Make no mistake, it can be a most demanding hobby but so, so rewarding. That is in the simple nature of achieving anything that is a challenge and this is a hobby where there is always another challenge, always another goal to achieve, ever another level to pursue. If you take a look at the face of anyone who has just hovered a collective pitch helicopter or successfully flown inverted for the first time you will see the immense sense of achievement written all over it. Yet whilst it can be most demanding and require great levels of concentration, once you have the basics well honed, you can fly within your capacity and find it very relaxing.

With radio controlled helicopters there is always another level you can take it to and with this hobby technology is always advancing, brings in an extra aspect of learning. Not only keeping up-to-date with the new technologies and how it works but more importantly perhaps the impact it has on the performance of flying. For example the new flybarless breed of helicopters just fly differently to the previous flybar type helicopters and the introduction of this has led to a need to adapt to these different flying characteristics. It is an ever-changing hobby.

The benefits however have now been shown to go well beyond what you might realistically have expected. A classical music station recently announced on the news that studies had shown that learning to play a musical instrument helped to prevent age related deterioration in mental function, such as senile dementia. I would propose that the same is true of flying radio controlled helicopters or planes, or driving a radio controlled car or boat for that matter. The motor neuron skills, hand-eye coordination, sharp reflex actions required and left brain-right brain interaction of coordinating simultaneously independent movements of the two hands is highly stimulating to the brain and will help develop and maintain mental function.

It is also my belief that the stimulation and pleasure of flying helps to lift mood and thence helps avert depression. The relaxation and release from the stress factors of life may have a broad effect on health, including lowering blood pressure. This is only my opinion but there is sufficient anecdotal and observational evidence to make it a reasonable proposition.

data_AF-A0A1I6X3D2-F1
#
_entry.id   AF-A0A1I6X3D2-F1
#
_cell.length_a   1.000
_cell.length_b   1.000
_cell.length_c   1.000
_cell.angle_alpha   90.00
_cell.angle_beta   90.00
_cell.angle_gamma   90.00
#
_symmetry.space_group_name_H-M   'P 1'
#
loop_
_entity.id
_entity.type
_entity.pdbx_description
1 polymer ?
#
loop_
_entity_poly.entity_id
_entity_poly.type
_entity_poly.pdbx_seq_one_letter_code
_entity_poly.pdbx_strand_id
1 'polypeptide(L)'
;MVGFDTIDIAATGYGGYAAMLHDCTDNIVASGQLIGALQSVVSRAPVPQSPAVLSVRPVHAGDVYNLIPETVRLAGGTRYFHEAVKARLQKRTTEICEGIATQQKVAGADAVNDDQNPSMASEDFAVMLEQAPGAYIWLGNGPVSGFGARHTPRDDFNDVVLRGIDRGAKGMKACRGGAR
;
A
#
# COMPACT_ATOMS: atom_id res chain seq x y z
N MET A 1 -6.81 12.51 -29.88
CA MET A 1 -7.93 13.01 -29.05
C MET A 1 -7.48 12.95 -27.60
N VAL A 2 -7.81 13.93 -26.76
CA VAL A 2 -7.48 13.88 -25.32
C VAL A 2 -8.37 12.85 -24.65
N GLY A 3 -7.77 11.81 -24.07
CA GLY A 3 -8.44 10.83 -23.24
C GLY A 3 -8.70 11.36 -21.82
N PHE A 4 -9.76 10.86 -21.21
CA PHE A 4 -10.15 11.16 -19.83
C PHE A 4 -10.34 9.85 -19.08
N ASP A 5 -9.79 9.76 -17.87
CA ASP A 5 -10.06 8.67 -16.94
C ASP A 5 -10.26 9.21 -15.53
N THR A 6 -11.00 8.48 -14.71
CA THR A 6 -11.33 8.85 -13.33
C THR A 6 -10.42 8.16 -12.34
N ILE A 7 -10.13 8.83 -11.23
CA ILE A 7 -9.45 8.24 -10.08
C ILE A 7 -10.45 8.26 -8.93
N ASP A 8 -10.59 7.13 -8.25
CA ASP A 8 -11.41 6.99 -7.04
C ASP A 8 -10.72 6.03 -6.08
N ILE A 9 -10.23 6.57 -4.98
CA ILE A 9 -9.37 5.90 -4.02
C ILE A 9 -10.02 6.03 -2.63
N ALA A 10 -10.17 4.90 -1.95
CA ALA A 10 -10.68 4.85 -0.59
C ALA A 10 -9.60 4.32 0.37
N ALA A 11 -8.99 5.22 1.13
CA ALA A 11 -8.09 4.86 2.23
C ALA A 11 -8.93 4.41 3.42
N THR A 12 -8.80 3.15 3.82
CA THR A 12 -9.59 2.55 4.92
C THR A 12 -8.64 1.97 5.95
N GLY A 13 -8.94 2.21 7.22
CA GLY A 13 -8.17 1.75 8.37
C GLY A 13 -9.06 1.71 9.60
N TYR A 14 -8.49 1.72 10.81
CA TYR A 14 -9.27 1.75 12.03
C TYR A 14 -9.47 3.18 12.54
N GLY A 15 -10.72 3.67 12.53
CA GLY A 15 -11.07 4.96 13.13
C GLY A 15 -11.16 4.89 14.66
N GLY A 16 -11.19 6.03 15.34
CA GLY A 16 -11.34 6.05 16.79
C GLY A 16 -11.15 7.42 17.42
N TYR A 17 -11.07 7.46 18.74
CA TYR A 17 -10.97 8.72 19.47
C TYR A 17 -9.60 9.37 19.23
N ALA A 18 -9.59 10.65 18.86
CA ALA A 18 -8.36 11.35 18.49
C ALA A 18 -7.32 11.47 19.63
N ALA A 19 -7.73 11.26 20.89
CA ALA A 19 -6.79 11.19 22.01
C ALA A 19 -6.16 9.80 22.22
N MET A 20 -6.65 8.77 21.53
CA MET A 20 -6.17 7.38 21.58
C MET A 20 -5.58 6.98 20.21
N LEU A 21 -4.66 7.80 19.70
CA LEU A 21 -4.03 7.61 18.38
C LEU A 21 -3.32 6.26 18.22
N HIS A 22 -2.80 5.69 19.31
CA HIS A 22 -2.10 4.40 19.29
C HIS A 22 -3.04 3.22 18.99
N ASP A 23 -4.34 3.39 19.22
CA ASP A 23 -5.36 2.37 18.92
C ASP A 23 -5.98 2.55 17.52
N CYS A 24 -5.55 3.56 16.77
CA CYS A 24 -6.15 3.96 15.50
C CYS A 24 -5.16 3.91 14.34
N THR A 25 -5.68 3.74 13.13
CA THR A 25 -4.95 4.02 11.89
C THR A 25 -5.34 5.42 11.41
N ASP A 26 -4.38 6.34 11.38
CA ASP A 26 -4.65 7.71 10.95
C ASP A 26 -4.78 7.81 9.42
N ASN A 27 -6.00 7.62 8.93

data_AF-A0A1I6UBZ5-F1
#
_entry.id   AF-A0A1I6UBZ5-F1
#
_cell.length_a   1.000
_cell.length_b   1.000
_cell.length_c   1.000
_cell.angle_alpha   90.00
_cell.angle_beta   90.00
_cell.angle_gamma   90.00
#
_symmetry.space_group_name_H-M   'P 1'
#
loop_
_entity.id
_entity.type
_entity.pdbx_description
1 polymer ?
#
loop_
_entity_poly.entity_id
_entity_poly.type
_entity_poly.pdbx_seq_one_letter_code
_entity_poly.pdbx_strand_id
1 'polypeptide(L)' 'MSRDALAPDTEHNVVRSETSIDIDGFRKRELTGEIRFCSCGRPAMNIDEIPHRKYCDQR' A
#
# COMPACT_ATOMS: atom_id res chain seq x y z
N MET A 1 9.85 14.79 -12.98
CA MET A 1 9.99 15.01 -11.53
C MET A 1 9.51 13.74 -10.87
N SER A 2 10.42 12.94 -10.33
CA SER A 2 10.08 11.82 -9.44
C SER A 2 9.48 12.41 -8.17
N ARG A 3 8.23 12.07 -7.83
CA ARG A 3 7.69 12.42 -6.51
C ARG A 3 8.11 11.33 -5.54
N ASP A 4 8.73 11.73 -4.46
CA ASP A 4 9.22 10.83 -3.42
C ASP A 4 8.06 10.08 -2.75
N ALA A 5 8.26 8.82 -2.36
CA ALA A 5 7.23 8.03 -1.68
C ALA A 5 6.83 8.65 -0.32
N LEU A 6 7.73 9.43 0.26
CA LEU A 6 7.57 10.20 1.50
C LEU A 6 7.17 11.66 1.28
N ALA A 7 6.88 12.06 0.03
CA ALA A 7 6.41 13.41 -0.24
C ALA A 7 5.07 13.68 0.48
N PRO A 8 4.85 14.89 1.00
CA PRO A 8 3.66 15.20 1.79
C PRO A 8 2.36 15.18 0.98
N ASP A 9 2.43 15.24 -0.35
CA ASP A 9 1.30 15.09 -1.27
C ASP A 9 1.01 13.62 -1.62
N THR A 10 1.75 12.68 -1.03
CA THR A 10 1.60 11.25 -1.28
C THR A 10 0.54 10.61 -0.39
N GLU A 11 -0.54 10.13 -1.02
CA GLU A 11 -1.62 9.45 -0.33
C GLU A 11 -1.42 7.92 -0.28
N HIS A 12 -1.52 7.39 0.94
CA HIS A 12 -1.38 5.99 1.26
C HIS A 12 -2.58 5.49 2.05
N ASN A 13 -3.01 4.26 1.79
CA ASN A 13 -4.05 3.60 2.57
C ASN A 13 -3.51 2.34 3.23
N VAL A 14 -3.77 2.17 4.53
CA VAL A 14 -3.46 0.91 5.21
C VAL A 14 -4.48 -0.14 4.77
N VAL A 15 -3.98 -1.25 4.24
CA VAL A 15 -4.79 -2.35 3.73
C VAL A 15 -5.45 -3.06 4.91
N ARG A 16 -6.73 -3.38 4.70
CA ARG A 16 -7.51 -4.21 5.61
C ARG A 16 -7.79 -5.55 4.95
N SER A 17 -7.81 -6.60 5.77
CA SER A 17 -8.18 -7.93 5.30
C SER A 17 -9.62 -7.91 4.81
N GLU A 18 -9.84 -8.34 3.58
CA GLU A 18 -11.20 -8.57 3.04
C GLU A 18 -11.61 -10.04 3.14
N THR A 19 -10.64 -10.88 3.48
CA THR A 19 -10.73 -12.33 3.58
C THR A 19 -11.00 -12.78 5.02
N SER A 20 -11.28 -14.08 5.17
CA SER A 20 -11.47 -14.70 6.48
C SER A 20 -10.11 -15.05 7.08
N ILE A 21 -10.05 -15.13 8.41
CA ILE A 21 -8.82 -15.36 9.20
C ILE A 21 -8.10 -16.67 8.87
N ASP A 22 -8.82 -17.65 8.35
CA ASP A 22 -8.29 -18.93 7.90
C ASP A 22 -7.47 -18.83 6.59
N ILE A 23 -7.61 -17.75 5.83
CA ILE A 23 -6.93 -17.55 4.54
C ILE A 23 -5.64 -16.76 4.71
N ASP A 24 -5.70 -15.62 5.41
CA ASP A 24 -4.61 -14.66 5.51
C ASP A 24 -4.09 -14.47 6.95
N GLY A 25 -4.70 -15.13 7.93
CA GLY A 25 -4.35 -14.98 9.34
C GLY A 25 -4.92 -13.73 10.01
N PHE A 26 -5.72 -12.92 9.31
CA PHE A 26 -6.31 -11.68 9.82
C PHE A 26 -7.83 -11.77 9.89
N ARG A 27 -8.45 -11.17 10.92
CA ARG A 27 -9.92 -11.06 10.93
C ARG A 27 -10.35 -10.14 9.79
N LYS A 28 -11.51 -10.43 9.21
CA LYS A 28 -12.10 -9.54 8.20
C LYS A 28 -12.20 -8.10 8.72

If you have been to some extent inspired by this article to dive into or progress in this pastime then my intention has been realized. Enjoy your hobby. Have fun.

 

Expert Author Clive A Wedderburn

We live in a modern world where chemicals and other unwanted substances are placed into and onto our body without so much as a polite request. Many of the cosmetics and detergents we use are applied with a blind trust in the manufacturer's integrity not to tamper with the delicate balance of our bodies. We don't ask questions. We are not even vaguely concerned.

Then we wonder why we develop chronic dry skin disorders.

OK, so you bought some shampoo. Your hair was dirty; you wanted something that would give it a nice wash. What you did not expect to buy, however, was a product that contained ingredients that are known carcinogens, petrochemicals or involve artificial preservatives for that matter. In this way you allow the manufacturing giants access to our personal ecosystem without assessing any damage prolonged exposure will cause.

We would not do this in other areas of our lives. For example, you know when your computer notifies you that the webpage you are about to access may contain harmful viruses? Usually a pop-up box flags that your actions may not be beneficial to the computers operating system. Forewarned, you stay well away, resulting in zero contamination. Well, why aren't we as diligent with our own operating systems?